The Indian rupee will continue weakening through H1 2023

US Federal Reserve rate hikes, global volatility, and high commodity prices will weigh on the currency

Most currencies will continue to depreciate in the coming months compared to the USD, and the Indian rupee is no exception to this trend. Firms that import products into India should expect heightened import costs through most of 2023 to weigh on their cost of production. On the other hand, firms that export from India will benefit from the low value of the INR. 


The Indian rupee continues to plumb new lows, falling to a value of 82.3 INR:USD as of October 15, depreciating by 11% since the start of the year. While this is a significant level of depreciation, executives should also note that the drop in the Indian rupee is less than that of its Asia Pacific peers, such as the Japanese yen, Korean won, Philippine peso, Thai baht, Australian dollar, and Malaysian ringgit.

There are three primary causes of the widespread currency depreciation through most of 2022:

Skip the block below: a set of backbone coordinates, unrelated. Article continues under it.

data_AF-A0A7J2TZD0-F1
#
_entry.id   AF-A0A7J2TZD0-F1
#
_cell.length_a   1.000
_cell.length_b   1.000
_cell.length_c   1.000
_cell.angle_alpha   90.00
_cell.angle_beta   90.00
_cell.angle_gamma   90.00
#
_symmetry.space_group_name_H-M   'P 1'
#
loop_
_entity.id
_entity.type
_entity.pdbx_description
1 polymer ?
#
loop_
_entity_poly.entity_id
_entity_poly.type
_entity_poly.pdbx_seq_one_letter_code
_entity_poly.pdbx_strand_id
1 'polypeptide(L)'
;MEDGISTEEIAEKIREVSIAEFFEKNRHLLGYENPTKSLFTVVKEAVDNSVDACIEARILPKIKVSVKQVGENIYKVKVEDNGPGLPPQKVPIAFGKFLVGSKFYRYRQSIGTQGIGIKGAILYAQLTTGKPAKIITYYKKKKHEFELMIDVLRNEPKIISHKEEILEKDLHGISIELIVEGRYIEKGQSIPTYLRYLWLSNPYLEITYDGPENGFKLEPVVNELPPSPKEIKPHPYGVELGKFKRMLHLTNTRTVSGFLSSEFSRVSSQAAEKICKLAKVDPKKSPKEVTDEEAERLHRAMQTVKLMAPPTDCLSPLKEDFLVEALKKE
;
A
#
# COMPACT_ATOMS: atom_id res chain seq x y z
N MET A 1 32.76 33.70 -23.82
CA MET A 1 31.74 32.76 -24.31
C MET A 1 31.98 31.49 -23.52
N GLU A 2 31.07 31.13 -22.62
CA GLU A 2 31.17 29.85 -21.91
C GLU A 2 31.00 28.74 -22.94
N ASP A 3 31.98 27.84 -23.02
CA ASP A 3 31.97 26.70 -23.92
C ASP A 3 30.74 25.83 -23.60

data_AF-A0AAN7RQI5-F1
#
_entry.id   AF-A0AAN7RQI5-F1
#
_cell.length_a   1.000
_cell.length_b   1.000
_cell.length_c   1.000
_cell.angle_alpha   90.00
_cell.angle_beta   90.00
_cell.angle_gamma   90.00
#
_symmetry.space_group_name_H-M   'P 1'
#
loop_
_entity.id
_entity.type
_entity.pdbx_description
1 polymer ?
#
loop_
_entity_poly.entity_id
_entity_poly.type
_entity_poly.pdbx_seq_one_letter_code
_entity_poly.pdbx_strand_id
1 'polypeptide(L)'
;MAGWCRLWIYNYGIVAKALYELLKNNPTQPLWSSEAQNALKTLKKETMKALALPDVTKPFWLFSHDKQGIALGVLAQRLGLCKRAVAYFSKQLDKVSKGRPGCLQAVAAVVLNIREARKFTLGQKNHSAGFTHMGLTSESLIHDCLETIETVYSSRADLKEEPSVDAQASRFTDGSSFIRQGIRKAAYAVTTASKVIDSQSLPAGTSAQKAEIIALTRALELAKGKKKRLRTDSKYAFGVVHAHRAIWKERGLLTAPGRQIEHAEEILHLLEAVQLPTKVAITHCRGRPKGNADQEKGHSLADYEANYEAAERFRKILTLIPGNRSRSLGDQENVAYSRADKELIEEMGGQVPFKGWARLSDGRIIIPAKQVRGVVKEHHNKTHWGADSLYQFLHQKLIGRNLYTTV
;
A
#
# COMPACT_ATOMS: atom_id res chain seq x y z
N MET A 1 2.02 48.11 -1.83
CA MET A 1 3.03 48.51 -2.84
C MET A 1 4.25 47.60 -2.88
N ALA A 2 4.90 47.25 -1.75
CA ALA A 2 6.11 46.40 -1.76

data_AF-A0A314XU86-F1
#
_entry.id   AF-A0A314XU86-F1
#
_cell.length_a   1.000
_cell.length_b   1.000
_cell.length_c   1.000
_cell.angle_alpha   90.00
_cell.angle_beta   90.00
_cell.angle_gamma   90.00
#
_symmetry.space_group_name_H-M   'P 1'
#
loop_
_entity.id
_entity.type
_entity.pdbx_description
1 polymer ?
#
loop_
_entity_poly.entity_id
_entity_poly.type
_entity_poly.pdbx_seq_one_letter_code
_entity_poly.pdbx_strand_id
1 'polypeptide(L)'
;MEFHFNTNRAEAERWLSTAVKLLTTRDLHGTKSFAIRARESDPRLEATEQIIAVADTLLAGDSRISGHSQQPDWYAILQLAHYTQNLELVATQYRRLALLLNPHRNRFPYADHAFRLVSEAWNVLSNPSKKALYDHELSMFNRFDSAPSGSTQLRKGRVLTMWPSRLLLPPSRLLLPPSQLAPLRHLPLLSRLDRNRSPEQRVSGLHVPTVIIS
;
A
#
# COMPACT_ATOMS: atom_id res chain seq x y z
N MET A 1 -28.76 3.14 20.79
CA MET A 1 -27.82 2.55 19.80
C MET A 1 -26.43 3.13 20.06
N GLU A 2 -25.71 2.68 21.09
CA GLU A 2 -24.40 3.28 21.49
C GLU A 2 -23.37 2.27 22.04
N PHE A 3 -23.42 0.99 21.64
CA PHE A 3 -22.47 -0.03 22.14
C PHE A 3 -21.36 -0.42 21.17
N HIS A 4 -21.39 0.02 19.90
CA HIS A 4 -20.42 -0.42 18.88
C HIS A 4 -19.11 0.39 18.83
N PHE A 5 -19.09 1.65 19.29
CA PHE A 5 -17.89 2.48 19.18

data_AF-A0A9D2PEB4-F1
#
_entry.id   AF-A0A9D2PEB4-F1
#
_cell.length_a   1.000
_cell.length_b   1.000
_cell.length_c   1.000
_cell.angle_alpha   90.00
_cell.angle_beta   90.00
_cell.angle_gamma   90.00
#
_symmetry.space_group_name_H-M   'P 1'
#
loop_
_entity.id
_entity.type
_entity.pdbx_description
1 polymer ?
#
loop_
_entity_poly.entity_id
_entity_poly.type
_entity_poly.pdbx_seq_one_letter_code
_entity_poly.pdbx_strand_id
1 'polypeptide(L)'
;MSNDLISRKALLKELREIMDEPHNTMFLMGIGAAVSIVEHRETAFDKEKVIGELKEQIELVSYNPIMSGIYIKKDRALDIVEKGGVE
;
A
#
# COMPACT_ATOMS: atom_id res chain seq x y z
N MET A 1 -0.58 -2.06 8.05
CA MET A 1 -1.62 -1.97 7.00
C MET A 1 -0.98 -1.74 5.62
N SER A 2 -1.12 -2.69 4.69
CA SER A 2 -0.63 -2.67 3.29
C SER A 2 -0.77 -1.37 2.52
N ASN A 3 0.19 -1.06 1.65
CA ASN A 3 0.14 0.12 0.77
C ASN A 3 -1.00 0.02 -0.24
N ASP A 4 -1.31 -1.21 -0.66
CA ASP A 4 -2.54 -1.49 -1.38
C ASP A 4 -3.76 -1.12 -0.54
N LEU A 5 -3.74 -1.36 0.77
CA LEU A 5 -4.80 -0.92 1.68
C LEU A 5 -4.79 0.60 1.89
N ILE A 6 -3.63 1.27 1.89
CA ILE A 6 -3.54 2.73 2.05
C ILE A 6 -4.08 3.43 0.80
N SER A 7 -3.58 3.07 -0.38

• Rising commodity prices have resulted in high foreign exchange spending.
  • Global volatility has pushed foreign portfolio investors to flock to the USD as a safe-haven currency.
  • Aggressive rate hikes by the US Federal Reserve have made returns in USD more attractive than most other markets.

Year to date, India has seen a foreign portfolio investment outflow of US$ 23.9 million, double the outflow during the worst of the pandemic in 2020.

Our View

Firms should expect the rupee to continue to depreciate through at least H1 2023, as pressures on the currency (listed above) will likely persist over the next 2–3 quarters.

  • Commodity prices are expected to remain elevated, due to which India’s trade deficit will likely continue to widen, putting further pressure on the currency.
  • The US Federal Reserve is expected to hike its benchmark interest rate by a cumulative 400 basis points between January 2022 and December 2023, compared to a cumulative 270 basis points by the Reserve Bank of India (RBI) during the same period, causing the continued outflow of foreign portfolio investment.
  • Global volatility will likely persist through most of 2023, boosting the value of the USD as a safe-haven currency for investors, compared to the INR.
  • The RBI is unlikely to continue selling its foreign exchange reserves to support the currency, in order to avoid foreign exchange reserve shortages.

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